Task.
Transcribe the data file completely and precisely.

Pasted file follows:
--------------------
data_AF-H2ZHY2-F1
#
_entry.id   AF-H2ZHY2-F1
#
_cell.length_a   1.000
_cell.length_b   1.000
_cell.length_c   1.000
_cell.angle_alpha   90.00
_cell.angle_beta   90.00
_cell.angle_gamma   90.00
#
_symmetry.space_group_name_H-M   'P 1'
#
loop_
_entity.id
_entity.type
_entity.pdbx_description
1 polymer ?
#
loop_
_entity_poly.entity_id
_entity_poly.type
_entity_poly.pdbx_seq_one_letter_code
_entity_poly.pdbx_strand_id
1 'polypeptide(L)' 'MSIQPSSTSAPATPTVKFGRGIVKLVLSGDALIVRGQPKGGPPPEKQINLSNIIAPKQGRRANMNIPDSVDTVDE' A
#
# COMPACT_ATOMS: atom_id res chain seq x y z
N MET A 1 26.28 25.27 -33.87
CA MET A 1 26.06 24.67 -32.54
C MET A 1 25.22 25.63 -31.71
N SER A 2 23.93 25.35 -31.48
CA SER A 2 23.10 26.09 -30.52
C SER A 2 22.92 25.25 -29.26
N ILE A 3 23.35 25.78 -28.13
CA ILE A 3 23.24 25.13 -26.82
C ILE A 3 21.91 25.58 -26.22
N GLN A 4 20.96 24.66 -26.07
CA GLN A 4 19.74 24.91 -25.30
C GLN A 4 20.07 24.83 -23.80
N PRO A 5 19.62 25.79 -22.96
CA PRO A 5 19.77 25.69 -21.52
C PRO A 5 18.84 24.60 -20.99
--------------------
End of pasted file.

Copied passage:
data_AF-H2ZHY2-F1
#
_entry.id   AF-H2ZHY2-F1
#
_cell.length_a   1.000
_cell.length_b   1.000
_cell.length_c   1.000
_cell.angle_alpha   90.00
_cell.angle_beta   90.00
_cell.angle_gamma   90.00
#
_symmetry.space_group_name_H-M   'P 1'
#
loop_
_entity.id
_entity.type
_entity.pdbx_description
1 polymer ?
#
loop_
_entity_poly.entity_id
_entity_poly.type
_entity_poly.pdbx_seq_one_letter_code
_entity_poly.pdbx_strand_id
1 'polypeptide(L)' 'MSIQPSSTSAPATPTVKFGRGIVKLVLSGDALIVRGQPKGGPPPEKQINLSNIIAPKQGRRANMNIPDSVDTVDE' A
#
# COMPACT_ATOMS: atom_id res chain seq x y z
N MET A 1 26.28 25.27 -33.87
CA MET A 1 26.06 24.67 -32.54
C MET A 1 25.22 25.63 -31.71
N SER A 2 23.93 25.35 -31.48
CA SER A 2 23.10 26.09 -30.52
C SER A 2 22.92 25.25 -29.26
N ILE A 3 23.35 25.78 -28.13
CA ILE A 3 23.24 25.13 -26.82
C ILE A 3 21.91 25.58 -26.22
N GLN A 4 20.96 24.66 -26.07
CA GLN A 4 19.74 24.91 -25.30
C GLN A 4 20.07 24.83 -23.80
N PRO A 5 19.62 25.79 -22.96
CA PRO A 5 19.77 25.69 -21.52
C PRO A 5 18.84 24.60 -20.99